Connecting to LinkedIn...

W1siziisijiwmjavmtavmtmvmtyvntevmzuvnte2l1rjifdlynnpdgugsw1hz2vzicgznckuanbnil0swyjwiiwidgh1bwiilcixmdawedqwmfx1mdazzsjdxq

More than half a million to lose jobs before Christmas, warns IES

By Dawn Gibson


There could be at least 600,000 lay-offs by December as the UK grapples with the biggest wave of redundancies in more than a decade, the Institute for Employment Studies predicts.

Unemployment rose to 4.5% in the three months to August, up from 4.1% in the previous quarter, figures released yesterday by the Office for National Statistics reveal. However, this represents the tip of the iceberg, and the true picture will not emerge until the furlough scheme ends on October 31.

IES director Tony Wilson says redundancies are growing at their fastest ever rate, doubling in the last three months alone, and the latest figures confirm that redundancies will peak higher in this recession than they did in the last financial crisis.


“We’re forecasting that there’ll be at least 600,000 lay-offs by the end of year,” Wilson says. “The official measure of employment has fallen by nearly half a million since the pandemic began, which is the fastest fall in employment since 2009. With coronavirus infections now rising strongly again it feels unlikely that we’ll start to see much growth in employment and hiring in the coming months.”

The rise in vacancies is one positive sign, providing the government can work with industry to reskill and upskill workers for growing areas of the labour market.

After a record low of 343,000 vacancies in the quarter to June, there was an estimated record quarterly increase of 144,000 to 488,000 vacancies from July to September.


Neil Carberry, chief executive of the Recruitment and Employment Confederation, says the increasing vacancies emphasise that jobs are being created. “The situation is already very different to the period covered by the ONS – we’ve counted 1.2 million job ads across the UK right now,” he says.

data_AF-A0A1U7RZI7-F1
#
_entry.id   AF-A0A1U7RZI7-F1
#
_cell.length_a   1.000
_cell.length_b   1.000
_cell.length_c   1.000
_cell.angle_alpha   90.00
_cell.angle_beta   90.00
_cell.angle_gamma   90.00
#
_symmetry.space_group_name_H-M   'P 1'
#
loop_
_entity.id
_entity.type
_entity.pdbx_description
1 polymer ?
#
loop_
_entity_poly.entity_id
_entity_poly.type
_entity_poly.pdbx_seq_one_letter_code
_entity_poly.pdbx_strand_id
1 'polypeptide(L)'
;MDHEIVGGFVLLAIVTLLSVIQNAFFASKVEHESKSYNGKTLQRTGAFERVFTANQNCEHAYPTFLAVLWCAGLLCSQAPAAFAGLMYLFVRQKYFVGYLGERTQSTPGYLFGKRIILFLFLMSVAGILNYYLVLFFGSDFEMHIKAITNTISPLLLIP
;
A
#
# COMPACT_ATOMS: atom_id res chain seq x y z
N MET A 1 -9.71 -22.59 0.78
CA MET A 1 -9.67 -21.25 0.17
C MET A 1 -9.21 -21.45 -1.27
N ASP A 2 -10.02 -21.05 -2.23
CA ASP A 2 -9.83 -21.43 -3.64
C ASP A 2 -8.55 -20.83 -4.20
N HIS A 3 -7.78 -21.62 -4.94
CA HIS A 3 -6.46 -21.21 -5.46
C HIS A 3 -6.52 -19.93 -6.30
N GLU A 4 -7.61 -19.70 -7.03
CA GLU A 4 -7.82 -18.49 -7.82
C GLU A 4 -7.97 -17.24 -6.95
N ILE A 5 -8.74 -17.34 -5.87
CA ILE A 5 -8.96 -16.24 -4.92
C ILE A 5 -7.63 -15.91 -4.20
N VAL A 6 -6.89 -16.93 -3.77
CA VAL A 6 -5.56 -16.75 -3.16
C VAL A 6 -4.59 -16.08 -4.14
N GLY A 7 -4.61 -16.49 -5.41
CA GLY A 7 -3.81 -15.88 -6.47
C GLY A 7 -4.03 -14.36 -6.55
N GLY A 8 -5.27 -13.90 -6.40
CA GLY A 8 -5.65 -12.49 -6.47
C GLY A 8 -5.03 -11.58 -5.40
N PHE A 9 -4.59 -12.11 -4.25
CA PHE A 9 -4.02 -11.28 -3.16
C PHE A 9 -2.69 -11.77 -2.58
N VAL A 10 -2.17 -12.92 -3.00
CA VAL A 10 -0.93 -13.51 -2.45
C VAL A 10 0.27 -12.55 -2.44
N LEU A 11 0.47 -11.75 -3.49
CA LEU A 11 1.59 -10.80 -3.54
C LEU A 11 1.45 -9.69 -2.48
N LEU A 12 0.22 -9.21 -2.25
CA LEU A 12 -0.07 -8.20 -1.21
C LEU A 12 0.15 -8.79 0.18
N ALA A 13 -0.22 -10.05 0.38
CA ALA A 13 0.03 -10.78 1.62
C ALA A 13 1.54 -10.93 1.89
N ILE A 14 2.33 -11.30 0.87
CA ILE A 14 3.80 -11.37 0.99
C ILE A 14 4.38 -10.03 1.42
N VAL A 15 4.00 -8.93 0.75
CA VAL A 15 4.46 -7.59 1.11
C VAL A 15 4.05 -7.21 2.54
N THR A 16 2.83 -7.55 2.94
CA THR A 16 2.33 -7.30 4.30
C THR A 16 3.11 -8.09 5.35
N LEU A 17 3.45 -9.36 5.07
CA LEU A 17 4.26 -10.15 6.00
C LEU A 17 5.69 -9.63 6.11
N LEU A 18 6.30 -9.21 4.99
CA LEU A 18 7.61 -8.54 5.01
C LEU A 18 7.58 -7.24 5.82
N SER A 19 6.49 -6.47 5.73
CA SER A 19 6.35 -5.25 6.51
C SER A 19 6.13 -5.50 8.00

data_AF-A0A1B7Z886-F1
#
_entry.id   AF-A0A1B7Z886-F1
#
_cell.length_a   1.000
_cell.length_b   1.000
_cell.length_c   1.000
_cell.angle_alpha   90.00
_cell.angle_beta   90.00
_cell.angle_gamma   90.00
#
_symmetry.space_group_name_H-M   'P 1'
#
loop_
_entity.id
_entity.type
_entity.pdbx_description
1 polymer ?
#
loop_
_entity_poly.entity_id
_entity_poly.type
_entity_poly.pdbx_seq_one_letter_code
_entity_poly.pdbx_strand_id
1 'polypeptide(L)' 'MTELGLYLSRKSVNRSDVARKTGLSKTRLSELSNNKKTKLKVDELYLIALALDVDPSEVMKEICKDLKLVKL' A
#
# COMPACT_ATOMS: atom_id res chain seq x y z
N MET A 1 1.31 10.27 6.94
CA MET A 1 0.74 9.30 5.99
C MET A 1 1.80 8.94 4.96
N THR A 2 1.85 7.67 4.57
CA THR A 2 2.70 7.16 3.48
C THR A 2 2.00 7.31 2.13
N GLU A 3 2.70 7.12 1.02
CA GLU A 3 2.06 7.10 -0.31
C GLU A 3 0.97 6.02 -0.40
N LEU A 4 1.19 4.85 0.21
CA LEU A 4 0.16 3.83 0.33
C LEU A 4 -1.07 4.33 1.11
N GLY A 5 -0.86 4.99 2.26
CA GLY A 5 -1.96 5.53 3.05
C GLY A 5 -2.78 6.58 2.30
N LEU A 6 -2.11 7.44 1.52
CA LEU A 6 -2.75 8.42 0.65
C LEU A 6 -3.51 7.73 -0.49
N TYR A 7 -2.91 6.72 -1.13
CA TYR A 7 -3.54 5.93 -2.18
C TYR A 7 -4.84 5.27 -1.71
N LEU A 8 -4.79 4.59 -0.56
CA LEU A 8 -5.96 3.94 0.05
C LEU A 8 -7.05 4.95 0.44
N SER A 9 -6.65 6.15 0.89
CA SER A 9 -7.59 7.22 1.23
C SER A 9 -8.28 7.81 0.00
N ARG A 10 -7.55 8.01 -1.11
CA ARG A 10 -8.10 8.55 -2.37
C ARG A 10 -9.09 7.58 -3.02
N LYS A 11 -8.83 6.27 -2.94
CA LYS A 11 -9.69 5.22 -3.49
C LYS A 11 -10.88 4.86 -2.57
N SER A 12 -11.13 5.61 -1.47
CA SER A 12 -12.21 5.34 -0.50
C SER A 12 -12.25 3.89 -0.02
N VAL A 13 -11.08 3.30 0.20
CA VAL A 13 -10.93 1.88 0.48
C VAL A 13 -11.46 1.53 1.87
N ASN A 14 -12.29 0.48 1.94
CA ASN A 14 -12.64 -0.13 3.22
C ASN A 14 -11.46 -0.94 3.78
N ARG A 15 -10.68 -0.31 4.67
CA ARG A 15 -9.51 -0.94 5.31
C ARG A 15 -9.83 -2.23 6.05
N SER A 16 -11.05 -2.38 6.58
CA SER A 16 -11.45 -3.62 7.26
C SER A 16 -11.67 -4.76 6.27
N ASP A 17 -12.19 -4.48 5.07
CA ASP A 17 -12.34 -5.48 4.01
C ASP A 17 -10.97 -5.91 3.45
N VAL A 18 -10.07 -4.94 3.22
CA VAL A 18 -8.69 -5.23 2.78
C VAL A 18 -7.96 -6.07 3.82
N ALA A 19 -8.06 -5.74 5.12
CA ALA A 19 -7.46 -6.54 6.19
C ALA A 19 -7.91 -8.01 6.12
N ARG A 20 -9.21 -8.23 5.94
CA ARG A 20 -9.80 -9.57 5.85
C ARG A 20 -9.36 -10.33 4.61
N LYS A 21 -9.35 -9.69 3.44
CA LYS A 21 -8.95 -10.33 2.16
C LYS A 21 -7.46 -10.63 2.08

“Making sure we support demand in the economy and people unable to work should be our priority. This means supporting temporary workers affected by local lockdowns and looking at how to support all the businesses in the affected supply chains.”


Reed chairman James Reed says the latest figures, combined with the introduction of further local lockdowns, suggest that the Bank of England’s forecasted unemployment rate of 7.5% by October 31 is still a real possibility.

While he welcomed the government’s new Jobs Support Scheme (JSS) and the Job Entry Targeted Support Scheme (JETS), more needs to be done. “The JSS’s offer to pay 67% of workers’ wages at firms shut due to Covid-19 is a vital line of support to businesses,” Reed says. “But the scheme will need to be improved before its launch in November if is to provide more flexibility and be more generous to those most in need.


“The £238 million JETS scheme will help jobseekers who’ve been out of work for three months or more, with CV assistance, interview coaching, and, importantly, advice on how to reskill. Reskilling will be vital to the UK’s economic recovery from Covid-19, because, despite the doom and gloom in the news, new job opportunities are starting to emerge. Over 160,000 new jobs were added onto reed.co.uk last month – a 28% month-on-month increase – with roles significantly increasing in the accountancy, education, and health and medicine sectors. Reskilling will open the door to opportunities for jobseekers in growing sectors and prevent a more widespread unemployment crisis.”


The Institute for Public Policy Research (IPPR) is also calling for a revamp of support measures set to replace the furlough.

The think tank estimates that as many as 1.8 million viable jobs, which could otherwise be preserved, will be lost. IPPR argues that the government’s Job Retention Bonus and Job Support Scheme do not make it sufficiently profitable for firms to preserve viable jobs, with the key flaw being that only about one in ten workers currently on furlough are set to benefit.

The IPPR urges the government to convert the one-off Job Retention Bonus into a monthly payment proportional to wages for hours worked part-time (up to a ceiling of £2,500), and applying it only to firms that qualify for the JSS.

Savings generated could be used to increase government contributions to non-worked hours under the JSS from 33% to 43%, reducing the employer contribution by the same amount. The IPPR estimates the cost would be £7.4 billion, slightly less than the money set aside for the Job Retention Bonus (£7.5 billion).

Photo courtesy of Canva.com

Articles similar to IES

Articles similar to job losses